by Elisabeth Weis (Cineaste, 1995)
The credits for John Ford’s My Darling Clementine (1946) include Wyatt Earp as technical consultant but only one person responsible for all of postproduction sound (the composer). The credits for Lawrence Kasdan’s Wyatt Earp (1994) list the names of thirty-nine people who worked on postproduction sound. The difference is not simply a matter of expanding egos or credits.
“An older film like Casablanca has an empty soundtrack compared with what we do today. Tracks are fuller and more of a selling point,” says Michael Kirchberger (What’s Eating Gilbert Grape?, Sleepless in Seattle). “Of course a good track without good characters and storyline won’t be heard by anyone.“
With soundtracks much more dense than in the past, the present generation of moviemakers has seen an exponential growth in the number of people who work on the sound after the film has been shot. What do all those people add both technically and esthetically? “When I started out, there was one sound editor and an assistant,” says picture editor Evan Lottman (The Exorcist, Sophie’s Choice, Presumed Innocent). ” As editor for a big studio picture in the early Seventies I usually cut the ADR [dialog replaced in postproduction–EW] and the music as well.” Today an editor on a major feature would either hire a supervising sound editor who gathers a team of sound specialists, or go to a company like C5, Inc., Sound One, or Skywalker that can supply the staff and/or state-of-the-art facilities.
Sound is traditionally divided into three elements: dialog, music, and effects (any auditory information that isn’t speech or music). Although much of the dialog can be recorded during principal photography, it needs fine tuning later. And almost all other sound is added during postproduction.
How does sound get on pictures? The following is a rough sketch of the procedure for a major Hollywood feature production. But it is not a blueprint; exact procedures vary tremendously with the budget and shooting schedule of the film. Blockbuster action films, for instance, often devote much more time and money to sound effects than is described below. The process certainly does not describe how the average film is made abroad; few other cultures have such a fetish for perfect lip-synching as ours–so even dialog is recorded after the shoot in many countries.
This article can only begin to suggest how digital technologies are affecting post-production sound. For one thing, there is wide variation in types of systems; for another, digital sound techniques are evolving faster than alien creatures in a science fiction movie.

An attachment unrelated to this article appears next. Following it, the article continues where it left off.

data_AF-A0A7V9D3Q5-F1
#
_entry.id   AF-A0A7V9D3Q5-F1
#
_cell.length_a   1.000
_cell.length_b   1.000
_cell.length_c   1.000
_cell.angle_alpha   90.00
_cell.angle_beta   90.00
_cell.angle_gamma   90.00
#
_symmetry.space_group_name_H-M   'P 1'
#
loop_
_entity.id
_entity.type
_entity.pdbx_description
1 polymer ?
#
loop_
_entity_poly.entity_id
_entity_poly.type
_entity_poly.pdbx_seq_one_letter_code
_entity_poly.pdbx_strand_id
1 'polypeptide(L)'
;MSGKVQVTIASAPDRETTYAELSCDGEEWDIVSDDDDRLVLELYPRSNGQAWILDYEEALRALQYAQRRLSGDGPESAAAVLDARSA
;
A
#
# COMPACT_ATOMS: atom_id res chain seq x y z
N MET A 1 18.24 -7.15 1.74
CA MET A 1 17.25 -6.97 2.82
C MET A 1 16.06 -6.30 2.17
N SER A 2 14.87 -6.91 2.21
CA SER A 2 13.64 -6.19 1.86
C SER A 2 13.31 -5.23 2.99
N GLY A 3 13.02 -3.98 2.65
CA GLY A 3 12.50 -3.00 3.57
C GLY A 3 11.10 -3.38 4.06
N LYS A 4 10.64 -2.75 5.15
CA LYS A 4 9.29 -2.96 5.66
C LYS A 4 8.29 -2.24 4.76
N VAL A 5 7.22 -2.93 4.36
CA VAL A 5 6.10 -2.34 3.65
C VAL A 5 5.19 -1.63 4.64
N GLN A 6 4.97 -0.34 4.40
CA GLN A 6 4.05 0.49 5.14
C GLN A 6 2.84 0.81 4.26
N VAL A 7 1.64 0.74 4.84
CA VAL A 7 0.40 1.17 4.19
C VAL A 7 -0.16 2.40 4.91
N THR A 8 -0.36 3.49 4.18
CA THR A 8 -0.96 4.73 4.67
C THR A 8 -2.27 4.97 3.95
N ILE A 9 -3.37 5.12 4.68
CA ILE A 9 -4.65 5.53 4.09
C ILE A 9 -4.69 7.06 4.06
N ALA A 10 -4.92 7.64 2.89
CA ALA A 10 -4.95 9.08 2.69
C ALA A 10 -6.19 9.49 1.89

Even the sound recorded live during principal photography is not wedded physically to the image and has to be precisely relinked during postproduction. It is usually recorded on 1/4″ magnetic tape (though there are alternatives) and marked so that it can be ultimately rejoined with the picture in perfect synchronization.
On the set the location recordist (listed as production mixer) tries to record dialog as cleanly and crisply as possible, with little background noise (a high signal-to-noise ratio). A boom operator, usually suspending the microphone above and in front of the person speaking, tries to get it as close as possible without letting the microphone or its shadow enter the frame.
An alternative to a mike suspended from an overhead boom is a hidden lavalier mike on the actor’s chest, which is either connected to the tape recorder via cables or wired to a small radio transmitter also hidden on the actor. But dialog recorded from below the mouth must be adjusted later to match the better sound quality of the boom mike. And radio mikes can pick up stray sounds like gypsy cabs.
While on the set, the sound recordist may also ask for a moment of silence to pick up some “room tone” (the sound of the location when no one is talking), which must be combined with any dialog that is added during postproduction (with reconstructed room reverberation) so that it matches what is shot on the set. (We don’t usually notice the sound of the breeze or a motor hum, but their absence in a Hollywood product would be quite conspicuous.) The set recordist may also capture sounds distinctive to a particular location to give the postproduction crew some sense of local color.